Babies are one of nature's most perfect learning machines. With just a little insight, a baby can be stimulated and kept content. Starting early in your baby's development can do wonders for their mental growth in later years, and give them a large head start over other kids their age.
Tips and Warnings
Article courtesy of WikiHow.
The specific signs of dyslexia, both weaknesses and strengths, in any one individual will vary according to the age and educational level of that person. The five-year-old who can’t quite learn his letters becomes the six-year-old who can’t match sounds to letters and the fourteen-year-old who dreads reading out loud and the twenty-four-year-old who reads excruciatingly slowly. The threads persist throughout a person’s life.
The earliest clues involve mostly spoken language. The very first clue to a language (and reading) problem may be delayed language. Once the child begins to speak, look for the following problems:
The preschool years
Kindergarten and first grade
In addition to looking for indications of problems in speaking and reading, here are some indications of strengths to look for and applaud in your child:
Many of these indicate strengths in higher-level thinking processes.
Excerpted and adapted from Overcoming Dyslexia: A New and Complete Science-Based Program for Reading Problems at Any Level http://www.readingrockets.org/article/70
Concern: Learning two languages in childhood is difficult and can result in delays in language development.
Response: Children who have regular and rich exposure to both languages on a daily or weekly basis from parents and other caregivers exhibit the same milestones in language development and at roughly the same ages as monolingual children.
It is important to remember that there are large individual differences in children learning to speak—some acquire their first words or use complex utterances much earlier than other children. Delay in the emergence of these milestones does not necessarily mean that there is something wrong; in most cases it simply means that the child has taken longer to reach this stage. The same kinds of differences are characteristic of bilingual children.
Concern: Bilingual children have less exposure to each of their languages than monolingual children. As a result, they never master either language fully and, compared to monolingual children, don’t become as proficient.
Response: Bilingual children can acquire the same proficiency in all aspects of their two languages over time as monolingual children, even though they usually have less exposure to each language. They acquire the same proficiency in the phonological and grammatical aspects of their two languages as monolingual children do in their one language, provided they are given regular and substantial exposure to each.
Bilingual children may have somewhat different patterns of development in certain aspects of language in the short term. Vocabulary is one of those areas. Sometimes, young bilingual children know fewer words in one or both of their languages in comparison with monolingual children of the same age. This is probably because bilingual children must store words from two languages, not just one. As well, because bilingual children learn words in each language from different people, they sometimes know certain words in one language but not in the other. When the vocabulary that bilingual children know in both languages is considered together, they generally know the same number of words and have the same range of vocabulary as their monolingual peers. Most importantly, when and if differences like these occur, they are short term and disappear with time.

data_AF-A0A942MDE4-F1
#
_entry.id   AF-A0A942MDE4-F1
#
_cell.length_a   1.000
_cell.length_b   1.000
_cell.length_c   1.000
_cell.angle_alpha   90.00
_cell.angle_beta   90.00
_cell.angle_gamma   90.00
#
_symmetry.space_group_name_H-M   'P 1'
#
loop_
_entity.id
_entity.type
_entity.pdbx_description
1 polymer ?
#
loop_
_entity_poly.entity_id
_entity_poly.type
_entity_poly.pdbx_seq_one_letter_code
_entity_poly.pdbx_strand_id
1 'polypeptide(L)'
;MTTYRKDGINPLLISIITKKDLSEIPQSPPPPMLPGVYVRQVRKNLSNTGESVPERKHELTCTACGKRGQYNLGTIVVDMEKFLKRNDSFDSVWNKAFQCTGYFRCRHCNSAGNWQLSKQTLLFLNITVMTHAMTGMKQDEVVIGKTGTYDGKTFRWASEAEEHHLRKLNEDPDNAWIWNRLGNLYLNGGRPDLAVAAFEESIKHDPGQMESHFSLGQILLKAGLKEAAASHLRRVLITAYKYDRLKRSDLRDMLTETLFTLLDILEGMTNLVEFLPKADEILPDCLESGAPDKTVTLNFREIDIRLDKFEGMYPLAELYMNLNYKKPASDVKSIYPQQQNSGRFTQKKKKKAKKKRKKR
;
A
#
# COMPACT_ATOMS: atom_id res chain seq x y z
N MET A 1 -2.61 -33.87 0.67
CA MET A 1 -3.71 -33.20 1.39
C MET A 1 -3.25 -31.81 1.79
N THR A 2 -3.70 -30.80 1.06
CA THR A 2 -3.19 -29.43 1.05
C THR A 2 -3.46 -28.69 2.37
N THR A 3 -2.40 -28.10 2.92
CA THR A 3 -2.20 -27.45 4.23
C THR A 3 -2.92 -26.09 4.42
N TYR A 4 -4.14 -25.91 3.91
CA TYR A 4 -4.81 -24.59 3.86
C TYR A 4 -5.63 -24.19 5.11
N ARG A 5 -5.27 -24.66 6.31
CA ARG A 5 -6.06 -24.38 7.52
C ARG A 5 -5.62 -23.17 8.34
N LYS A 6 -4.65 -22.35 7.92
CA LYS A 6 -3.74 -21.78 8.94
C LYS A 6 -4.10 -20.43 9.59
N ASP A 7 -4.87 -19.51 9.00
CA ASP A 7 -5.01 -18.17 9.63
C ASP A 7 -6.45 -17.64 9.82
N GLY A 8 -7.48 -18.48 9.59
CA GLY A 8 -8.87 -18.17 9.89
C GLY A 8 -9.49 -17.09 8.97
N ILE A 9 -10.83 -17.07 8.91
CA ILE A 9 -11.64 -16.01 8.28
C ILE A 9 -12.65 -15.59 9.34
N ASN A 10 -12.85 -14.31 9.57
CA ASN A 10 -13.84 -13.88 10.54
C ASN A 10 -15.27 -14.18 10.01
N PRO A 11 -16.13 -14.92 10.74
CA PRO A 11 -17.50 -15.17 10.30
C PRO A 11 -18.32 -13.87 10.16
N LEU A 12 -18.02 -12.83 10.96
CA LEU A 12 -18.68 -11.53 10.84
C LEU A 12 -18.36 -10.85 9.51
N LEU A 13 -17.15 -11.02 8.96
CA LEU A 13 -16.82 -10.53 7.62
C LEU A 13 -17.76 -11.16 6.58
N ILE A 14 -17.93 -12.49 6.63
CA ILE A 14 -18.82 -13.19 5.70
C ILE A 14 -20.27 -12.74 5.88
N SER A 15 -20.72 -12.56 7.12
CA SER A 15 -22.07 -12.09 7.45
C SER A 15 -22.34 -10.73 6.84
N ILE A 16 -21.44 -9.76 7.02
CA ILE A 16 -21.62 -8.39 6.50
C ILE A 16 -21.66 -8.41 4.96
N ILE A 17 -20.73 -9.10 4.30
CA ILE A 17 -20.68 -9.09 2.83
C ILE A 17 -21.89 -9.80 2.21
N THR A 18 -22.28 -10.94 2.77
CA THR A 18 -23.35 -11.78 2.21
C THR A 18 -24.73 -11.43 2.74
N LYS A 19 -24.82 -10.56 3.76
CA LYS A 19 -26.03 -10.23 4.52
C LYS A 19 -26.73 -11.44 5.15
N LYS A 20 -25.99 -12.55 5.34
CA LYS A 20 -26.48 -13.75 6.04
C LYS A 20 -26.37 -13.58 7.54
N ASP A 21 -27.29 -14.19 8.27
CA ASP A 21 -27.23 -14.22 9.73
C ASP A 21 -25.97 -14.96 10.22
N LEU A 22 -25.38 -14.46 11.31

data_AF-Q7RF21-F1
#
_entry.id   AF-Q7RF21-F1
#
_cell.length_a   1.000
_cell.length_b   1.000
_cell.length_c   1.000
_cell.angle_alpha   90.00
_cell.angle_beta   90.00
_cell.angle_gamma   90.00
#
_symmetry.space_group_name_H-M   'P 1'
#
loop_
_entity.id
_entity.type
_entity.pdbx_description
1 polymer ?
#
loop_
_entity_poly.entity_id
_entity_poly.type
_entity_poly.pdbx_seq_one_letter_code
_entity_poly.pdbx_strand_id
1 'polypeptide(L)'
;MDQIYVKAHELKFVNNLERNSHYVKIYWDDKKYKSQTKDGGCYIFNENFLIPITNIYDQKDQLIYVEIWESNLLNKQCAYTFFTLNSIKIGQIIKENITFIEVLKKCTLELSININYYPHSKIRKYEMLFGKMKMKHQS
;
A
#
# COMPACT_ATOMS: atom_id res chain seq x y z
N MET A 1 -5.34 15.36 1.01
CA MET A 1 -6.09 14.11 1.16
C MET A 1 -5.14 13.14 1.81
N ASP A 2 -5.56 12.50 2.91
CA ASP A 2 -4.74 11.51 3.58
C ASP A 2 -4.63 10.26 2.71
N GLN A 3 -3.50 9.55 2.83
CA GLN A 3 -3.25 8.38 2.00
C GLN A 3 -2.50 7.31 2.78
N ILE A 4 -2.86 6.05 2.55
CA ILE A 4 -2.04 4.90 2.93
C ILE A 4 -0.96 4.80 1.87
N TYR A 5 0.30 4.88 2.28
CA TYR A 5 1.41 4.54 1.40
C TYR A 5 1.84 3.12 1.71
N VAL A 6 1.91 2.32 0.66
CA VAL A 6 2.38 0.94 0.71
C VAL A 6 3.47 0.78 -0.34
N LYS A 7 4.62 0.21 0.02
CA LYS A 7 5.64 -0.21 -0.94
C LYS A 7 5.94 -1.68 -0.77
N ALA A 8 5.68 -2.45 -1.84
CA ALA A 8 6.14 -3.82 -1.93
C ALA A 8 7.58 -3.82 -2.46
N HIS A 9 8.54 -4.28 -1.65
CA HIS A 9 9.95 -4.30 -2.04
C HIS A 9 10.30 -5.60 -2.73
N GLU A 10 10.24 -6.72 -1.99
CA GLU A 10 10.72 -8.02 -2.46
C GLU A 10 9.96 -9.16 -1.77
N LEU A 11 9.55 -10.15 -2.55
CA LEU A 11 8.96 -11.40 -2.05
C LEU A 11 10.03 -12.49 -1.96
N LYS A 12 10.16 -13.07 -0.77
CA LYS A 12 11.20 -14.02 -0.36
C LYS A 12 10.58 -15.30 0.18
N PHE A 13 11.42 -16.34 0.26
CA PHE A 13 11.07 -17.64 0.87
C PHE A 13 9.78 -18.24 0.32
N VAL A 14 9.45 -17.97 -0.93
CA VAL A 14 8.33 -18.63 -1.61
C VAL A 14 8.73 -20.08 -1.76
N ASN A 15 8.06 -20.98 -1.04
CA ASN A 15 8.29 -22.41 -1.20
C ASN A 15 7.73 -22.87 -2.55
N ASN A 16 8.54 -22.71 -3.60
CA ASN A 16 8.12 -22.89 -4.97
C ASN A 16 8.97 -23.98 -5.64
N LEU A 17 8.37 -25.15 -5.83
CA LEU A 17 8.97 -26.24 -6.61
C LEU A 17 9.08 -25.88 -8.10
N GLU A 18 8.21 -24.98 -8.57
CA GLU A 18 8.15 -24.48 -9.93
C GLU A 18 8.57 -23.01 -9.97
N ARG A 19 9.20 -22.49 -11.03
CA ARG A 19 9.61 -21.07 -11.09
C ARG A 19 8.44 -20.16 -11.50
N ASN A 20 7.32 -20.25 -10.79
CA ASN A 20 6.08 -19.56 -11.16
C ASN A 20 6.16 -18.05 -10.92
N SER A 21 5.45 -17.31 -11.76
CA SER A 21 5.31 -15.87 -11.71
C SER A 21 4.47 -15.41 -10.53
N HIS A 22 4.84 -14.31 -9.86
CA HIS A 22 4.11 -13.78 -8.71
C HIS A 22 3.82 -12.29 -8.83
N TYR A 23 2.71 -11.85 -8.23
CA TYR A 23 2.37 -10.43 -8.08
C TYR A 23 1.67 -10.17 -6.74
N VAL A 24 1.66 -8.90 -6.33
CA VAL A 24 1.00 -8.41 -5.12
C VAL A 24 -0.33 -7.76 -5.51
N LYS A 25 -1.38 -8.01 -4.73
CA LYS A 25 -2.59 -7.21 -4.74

Generally speaking, bilingual children’s overall proficiency in each language reflects the amount of time they spend in each. Thus, a child who has just returned from a visit to a grandparent where only one of the languages was used, may prefer to use only that language for awhile and, thus, may appear to have lost some proficiency in the other language. This is usually a short term, temporary shift in preference that is corrected once the child is exposed to the neglected language. It is important not to overreact to these temporary fluctuations in proficiency since they are usually temporary.
Parents can best ensure that their children achieve full proficiency in both languages by providing rich experiences with each, and especially with the language that might otherwise not get strong support in the extended community. It is important in this regard that parents who do not speak the majority language of the community continue to use their native language, so that they expose their child to varied and rich ways of using language.
Concern: Young bilingual children can’t keep their languages separate; they use both at the same time.
Response: At some stage, most bilingual children use sounds and words from both languages in the same utterances or conversations, even though the people talking with them are using only one language. Some parents and early childhood educators are concerned when they hear this because they believe that it means that the child is confused and cannot separate the two languages. Research shows that this is not true. The main reason for children mixing their languages in these ways is because they lack sufficient vocabulary in one or both languages to express themselves entirely in each language. Thus, they borrow from the other language. This is an effective communication strategy in most families because parents and other adults who care for bilingual children usually understand both languages and may mix the languages themselves when talking with the child.